A Season of Preparation
“This is he who was spoken of through the prophet Isaiah: “A voice of one calling in the desert, ‘Prepare the way for the Lord, make straight paths for him.’ ” – Matthew 3:3
Each year, beginning with the fourth Sunday prior to Christmas, the season of Advent begins. And, each year we faithfully light the candles on our Advent wreath as a part of our Advent season Sunday worship services. The growing crescendo of light points us to Jesus, the Light of the World, who is coming into the world. But how much do we really know about advent, the wreath, and its meaning? Allow me to take a moment to offer a little teaching about Advent and the wreath in this Christmas issue of our “Grace Notes” newsletter.
Advent itself is a season of anticipation and preparation for the Christ who came and will come again. The word “advent” comes from the Latin word adventus which means “arrival,” “from,” or “beginning”. With eagerness we wait to celebrate the arrival and coming of Christ into our world and into our hearts anew. And even as Jesus has already come to earth some 2000 years ago, in truth, we are still waiting for God’s promises to be completely fulfilled and for the reign of Christ to be totally realized. Thus, the season of Advent rehearses and reminds us of the fact that Jesus’ reign is not yet complete – both in our world and in our lives. So, we eagerly await the anticipated arrival of Jesus afresh into our lives. And, we seek to “prepare the way for the Lord” and make room for Him anew in our world, church, families, and hearts.
The Advent wreath is circular in shape. The circle has no beginning or end, reminding us of God’s unending love for us. The wreath may be suspended from the ceiling in some churches, but it is always placed in a visible location so all can see it. The wreath is made of fresh evergreens, which are a sign of life in an otherwise lifeless winter. They point to new life and the hope that we find in Jesus Christ. They also remind us to pray and work toward the restoration of all God’s creation. Our wreath is typically placed front and center on our communion table.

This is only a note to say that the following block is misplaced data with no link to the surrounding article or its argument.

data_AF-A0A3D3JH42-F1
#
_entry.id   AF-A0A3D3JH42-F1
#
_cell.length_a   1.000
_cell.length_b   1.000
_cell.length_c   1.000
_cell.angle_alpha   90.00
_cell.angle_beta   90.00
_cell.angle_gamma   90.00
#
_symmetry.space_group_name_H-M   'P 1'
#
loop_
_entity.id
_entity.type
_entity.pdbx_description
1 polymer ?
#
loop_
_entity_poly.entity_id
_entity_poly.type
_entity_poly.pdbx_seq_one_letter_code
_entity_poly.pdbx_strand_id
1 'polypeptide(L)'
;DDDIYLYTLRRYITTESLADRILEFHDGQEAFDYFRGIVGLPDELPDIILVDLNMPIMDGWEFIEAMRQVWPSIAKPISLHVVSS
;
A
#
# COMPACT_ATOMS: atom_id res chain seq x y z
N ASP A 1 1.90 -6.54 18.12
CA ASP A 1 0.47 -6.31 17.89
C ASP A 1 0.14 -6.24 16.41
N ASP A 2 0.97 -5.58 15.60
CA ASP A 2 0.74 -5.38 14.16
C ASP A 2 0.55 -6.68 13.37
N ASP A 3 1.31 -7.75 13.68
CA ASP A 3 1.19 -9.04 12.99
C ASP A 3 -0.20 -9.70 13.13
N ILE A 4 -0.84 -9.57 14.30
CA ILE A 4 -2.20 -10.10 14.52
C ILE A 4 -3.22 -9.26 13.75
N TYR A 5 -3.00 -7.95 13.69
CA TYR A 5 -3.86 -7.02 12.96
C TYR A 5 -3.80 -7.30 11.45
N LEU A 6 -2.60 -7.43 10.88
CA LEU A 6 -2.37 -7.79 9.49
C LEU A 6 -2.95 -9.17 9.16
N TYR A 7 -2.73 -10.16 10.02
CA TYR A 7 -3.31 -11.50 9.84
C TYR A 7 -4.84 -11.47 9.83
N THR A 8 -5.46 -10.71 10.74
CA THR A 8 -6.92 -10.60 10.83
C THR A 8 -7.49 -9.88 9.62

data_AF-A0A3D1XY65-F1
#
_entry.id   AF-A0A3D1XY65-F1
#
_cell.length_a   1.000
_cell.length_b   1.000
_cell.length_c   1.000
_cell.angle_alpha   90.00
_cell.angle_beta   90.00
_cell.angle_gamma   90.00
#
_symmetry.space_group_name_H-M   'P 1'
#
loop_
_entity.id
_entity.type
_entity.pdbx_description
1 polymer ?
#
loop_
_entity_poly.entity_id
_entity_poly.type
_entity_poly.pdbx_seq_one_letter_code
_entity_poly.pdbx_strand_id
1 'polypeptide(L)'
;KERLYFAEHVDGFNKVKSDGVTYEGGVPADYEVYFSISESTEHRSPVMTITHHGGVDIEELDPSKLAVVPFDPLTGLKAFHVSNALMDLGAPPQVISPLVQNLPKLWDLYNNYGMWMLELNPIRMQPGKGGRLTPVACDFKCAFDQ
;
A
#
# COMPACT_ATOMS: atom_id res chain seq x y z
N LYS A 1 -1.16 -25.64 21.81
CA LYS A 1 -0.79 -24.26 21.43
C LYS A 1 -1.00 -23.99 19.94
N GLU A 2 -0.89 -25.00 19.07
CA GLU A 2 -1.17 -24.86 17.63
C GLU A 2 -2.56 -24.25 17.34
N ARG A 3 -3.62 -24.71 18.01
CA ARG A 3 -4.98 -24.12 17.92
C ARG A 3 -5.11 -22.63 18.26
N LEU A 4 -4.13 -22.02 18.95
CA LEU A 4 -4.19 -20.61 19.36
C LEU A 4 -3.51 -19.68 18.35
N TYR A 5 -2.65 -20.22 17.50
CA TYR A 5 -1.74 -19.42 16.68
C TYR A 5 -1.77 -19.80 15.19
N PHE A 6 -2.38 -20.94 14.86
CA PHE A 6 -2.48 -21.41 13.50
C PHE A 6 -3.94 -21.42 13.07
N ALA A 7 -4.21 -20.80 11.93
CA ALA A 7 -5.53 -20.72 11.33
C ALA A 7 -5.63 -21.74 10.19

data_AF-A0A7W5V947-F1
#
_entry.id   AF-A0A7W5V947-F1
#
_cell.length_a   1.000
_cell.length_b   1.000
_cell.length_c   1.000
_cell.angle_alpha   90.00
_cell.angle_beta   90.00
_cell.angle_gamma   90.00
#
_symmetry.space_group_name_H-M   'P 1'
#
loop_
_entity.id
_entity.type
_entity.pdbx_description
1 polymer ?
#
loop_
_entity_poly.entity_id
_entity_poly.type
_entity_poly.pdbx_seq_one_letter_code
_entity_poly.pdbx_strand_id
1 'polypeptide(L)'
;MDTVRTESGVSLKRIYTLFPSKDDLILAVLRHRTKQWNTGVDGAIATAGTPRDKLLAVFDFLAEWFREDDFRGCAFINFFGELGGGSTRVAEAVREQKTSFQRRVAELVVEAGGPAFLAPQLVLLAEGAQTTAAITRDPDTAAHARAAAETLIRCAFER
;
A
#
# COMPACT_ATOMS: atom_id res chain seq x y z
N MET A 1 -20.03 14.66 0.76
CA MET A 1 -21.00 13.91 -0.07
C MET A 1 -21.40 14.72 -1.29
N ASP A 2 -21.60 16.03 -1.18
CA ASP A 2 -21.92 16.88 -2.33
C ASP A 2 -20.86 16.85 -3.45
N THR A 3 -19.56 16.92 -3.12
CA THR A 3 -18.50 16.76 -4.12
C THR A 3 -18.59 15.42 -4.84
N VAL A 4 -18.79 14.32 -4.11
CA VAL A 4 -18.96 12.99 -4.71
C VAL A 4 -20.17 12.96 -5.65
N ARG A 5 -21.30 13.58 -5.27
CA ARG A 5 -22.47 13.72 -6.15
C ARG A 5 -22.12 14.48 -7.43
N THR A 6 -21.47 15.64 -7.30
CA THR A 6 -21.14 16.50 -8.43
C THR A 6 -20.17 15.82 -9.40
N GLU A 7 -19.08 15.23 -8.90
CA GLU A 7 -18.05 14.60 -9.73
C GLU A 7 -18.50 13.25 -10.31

The five candles contrast darkness and light. They are lit in succession, one more each week as we count the Sundays of Advent, waiting for Christ’s birth – the fulfillment of God’s promises to His people. We are also reminded of those who waited thousands of years for the Messiah. On Christmas Eve or Christmas Day, the fifth candle – the Christ candle – is lit. Jesus is the Light of the World, and the darkness of this world can never overcome the True Light of Jesus Christ. The full blaze stands for the fulfillment of God’s promises.
Three of the four perimeter candles are usually purple, the traditional color of royalty and of penitence, used in the seasons of preparation – Advent and Lent (although blue candles are also appropriate in Advent to symbolize hope and expectation). There is usually also one pink candle, however, lit on the third Sunday of Advent to represent joy and to mark the breaking of the fast that was kept in early times. It suggests the Rose of Sharon. The Christ candle is always white and larger and taller than the others. It is placed in the center of the wreath and lit on Christmas Eve or Christmas Day, symbolizing the birth of Jesus.
The four perimeter candles of the Advent wreath have been given various meanings over the centuries, and there is no one “right” or true biblical meaning. Some prefer to think of the four candles as representing faithfulness, hope, joy, and love. Other’s say they represent the prophets, angels, shepherds, and magi respectively. Still others use the candles to contrast darkness and light. Whatever meanings a particular person or church attributes to the candles, however, the focus of the candle lighting is to be on the increasing crescendo of light rather than the particular and various meanings attached to each candle. At Grace Church we have attached various meanings to the candles over various years. All are acceptable.
As is our custom, we will once again have various persons and families light the respective candles at the beginning of our Advent services over the next four Sundays. We do this at the beginning of worship to set the tone and backdrop for the entire worship experience. If you or your family would like to share in the lighting of the candles, please see me and I’d be happy to accommodate your request. I hope this article will deepen your understanding and appreciation of the Advent season. And, I hope this Advent would be a special time for you personally, your family, and our entire church family as we once again celebrate, prepare, and anticipate the coming of Jesus Christ into our world, church, and lives!
Anticipating Jesus’ Arrival with You,
Pastor Dave Van Netten